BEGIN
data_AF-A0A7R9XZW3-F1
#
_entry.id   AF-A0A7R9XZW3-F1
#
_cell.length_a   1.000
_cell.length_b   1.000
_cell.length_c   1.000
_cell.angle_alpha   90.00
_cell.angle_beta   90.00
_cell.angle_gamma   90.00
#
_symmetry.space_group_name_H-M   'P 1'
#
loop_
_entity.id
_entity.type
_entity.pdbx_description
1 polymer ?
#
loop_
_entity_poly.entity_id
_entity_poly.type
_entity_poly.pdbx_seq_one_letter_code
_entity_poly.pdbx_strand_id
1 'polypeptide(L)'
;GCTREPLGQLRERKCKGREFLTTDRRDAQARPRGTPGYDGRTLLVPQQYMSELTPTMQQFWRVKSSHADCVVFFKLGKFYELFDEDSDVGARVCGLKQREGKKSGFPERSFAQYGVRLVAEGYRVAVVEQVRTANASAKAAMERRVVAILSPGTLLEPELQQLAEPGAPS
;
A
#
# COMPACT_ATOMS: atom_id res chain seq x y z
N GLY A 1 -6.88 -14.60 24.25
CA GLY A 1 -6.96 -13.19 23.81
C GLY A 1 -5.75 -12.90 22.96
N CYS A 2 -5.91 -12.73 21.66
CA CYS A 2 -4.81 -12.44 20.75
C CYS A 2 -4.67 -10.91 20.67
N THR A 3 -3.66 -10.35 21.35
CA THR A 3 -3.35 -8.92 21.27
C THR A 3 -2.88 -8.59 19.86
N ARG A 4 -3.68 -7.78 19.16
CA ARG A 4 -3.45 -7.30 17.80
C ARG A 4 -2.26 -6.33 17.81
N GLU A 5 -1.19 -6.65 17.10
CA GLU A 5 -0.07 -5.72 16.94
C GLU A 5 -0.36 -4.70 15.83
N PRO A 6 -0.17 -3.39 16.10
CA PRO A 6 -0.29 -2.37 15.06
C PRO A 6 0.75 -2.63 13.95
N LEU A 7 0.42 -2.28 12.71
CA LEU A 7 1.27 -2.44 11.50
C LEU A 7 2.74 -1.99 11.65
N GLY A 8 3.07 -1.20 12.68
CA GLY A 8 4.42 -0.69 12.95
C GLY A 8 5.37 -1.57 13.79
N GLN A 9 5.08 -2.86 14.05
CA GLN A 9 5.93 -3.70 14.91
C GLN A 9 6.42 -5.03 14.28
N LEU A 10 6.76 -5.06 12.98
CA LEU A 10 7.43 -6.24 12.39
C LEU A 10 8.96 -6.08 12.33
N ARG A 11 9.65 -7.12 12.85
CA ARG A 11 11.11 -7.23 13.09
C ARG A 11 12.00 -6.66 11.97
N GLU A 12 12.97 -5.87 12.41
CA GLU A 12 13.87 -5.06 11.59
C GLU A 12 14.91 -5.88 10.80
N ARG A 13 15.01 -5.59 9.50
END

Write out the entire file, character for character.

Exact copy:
data_AF-A0A7R9XZW3-F1
#
_entry.id   AF-A0A7R9XZW3-F1
#
_cell.length_a   1.000
_cell.length_b   1.000
_cell.length_c   1.000
_cell.angle_alpha   90.00
_cell.angle_beta   90.00
_cell.angle_gamma   90.00
#
_symmetry.space_group_name_H-M   'P 1'
#
loop_
_entity.id
_entity.type
_entity.pdbx_description
1 polymer ?
#
loop_
_entity_poly.entity_id
_entity_poly.type
_entity_poly.pdbx_seq_one_letter_code
_entity_poly.pdbx_strand_id
1 'polypeptide(L)'
;GCTREPLGQLRERKCKGREFLTTDRRDAQARPRGTPGYDGRTLLVPQQYMSELTPTMQQFWRVKSSHADCVVFFKLGKFYELFDEDSDVGARVCGLKQREGKKSGFPERSFAQYGVRLVAEGYRVAVVEQVRTANASAKAAMERRVVAILSPGTLLEPELQQLAEPGAPS
;
A
#
# COMPACT_ATOMS: atom_id res chain seq x y z
N GLY A 1 -6.88 -14.60 24.25
CA GLY A 1 -6.96 -13.19 23.81
C GLY A 1 -5.75 -12.90 22.96
N CYS A 2 -5.91 -12.73 21.66
CA CYS A 2 -4.81 -12.44 20.75
C CYS A 2 -4.67 -10.91 20.67
N THR A 3 -3.66 -10.35 21.35
CA THR A 3 -3.35 -8.92 21.27
C THR A 3 -2.88 -8.59 19.86
N ARG A 4 -3.68 -7.78 19.16
CA ARG A 4 -3.45 -7.30 17.80
C ARG A 4 -2.26 -6.33 17.81
N GLU A 5 -1.19 -6.65 17.10
CA GLU A 5 -0.07 -5.72 16.94
C GLU A 5 -0.36 -4.70 15.83
N PRO A 6 -0.17 -3.39 16.10
CA PRO A 6 -0.29 -2.37 15.06
C PRO A 6 0.75 -2.63 13.95
N LEU A 7 0.42 -2.28 12.71
CA LEU A 7 1.27 -2.44 11.50
C LEU A 7 2.74 -1.99 11.65
N GLY A 8 3.07 -1.20 12.68
CA GLY A 8 4.42 -0.69 12.95
C GLY A 8 5.37 -1.57 13.79
N GLN A 9 5.08 -2.86 14.05
CA GLN A 9 5.93 -3.70 14.91
C GLN A 9 6.42 -5.03 14.28
N LEU A 10 6.76 -5.06 12.98
CA LEU A 10 7.43 -6.24 12.39
C LEU A 10 8.96 -6.08 12.33
N ARG A 11 9.65 -7.12 12.85
CA ARG A 11 11.11 -7.23 13.09
C ARG A 11 12.00 -6.66 11.97
N GLU A 12 12.97 -5.87 12.41
CA GLU A 12 13.87 -5.06 11.59
C GLU A 12 14.91 -5.88 10.80
N ARG A 13 15.01 -5.59 9.50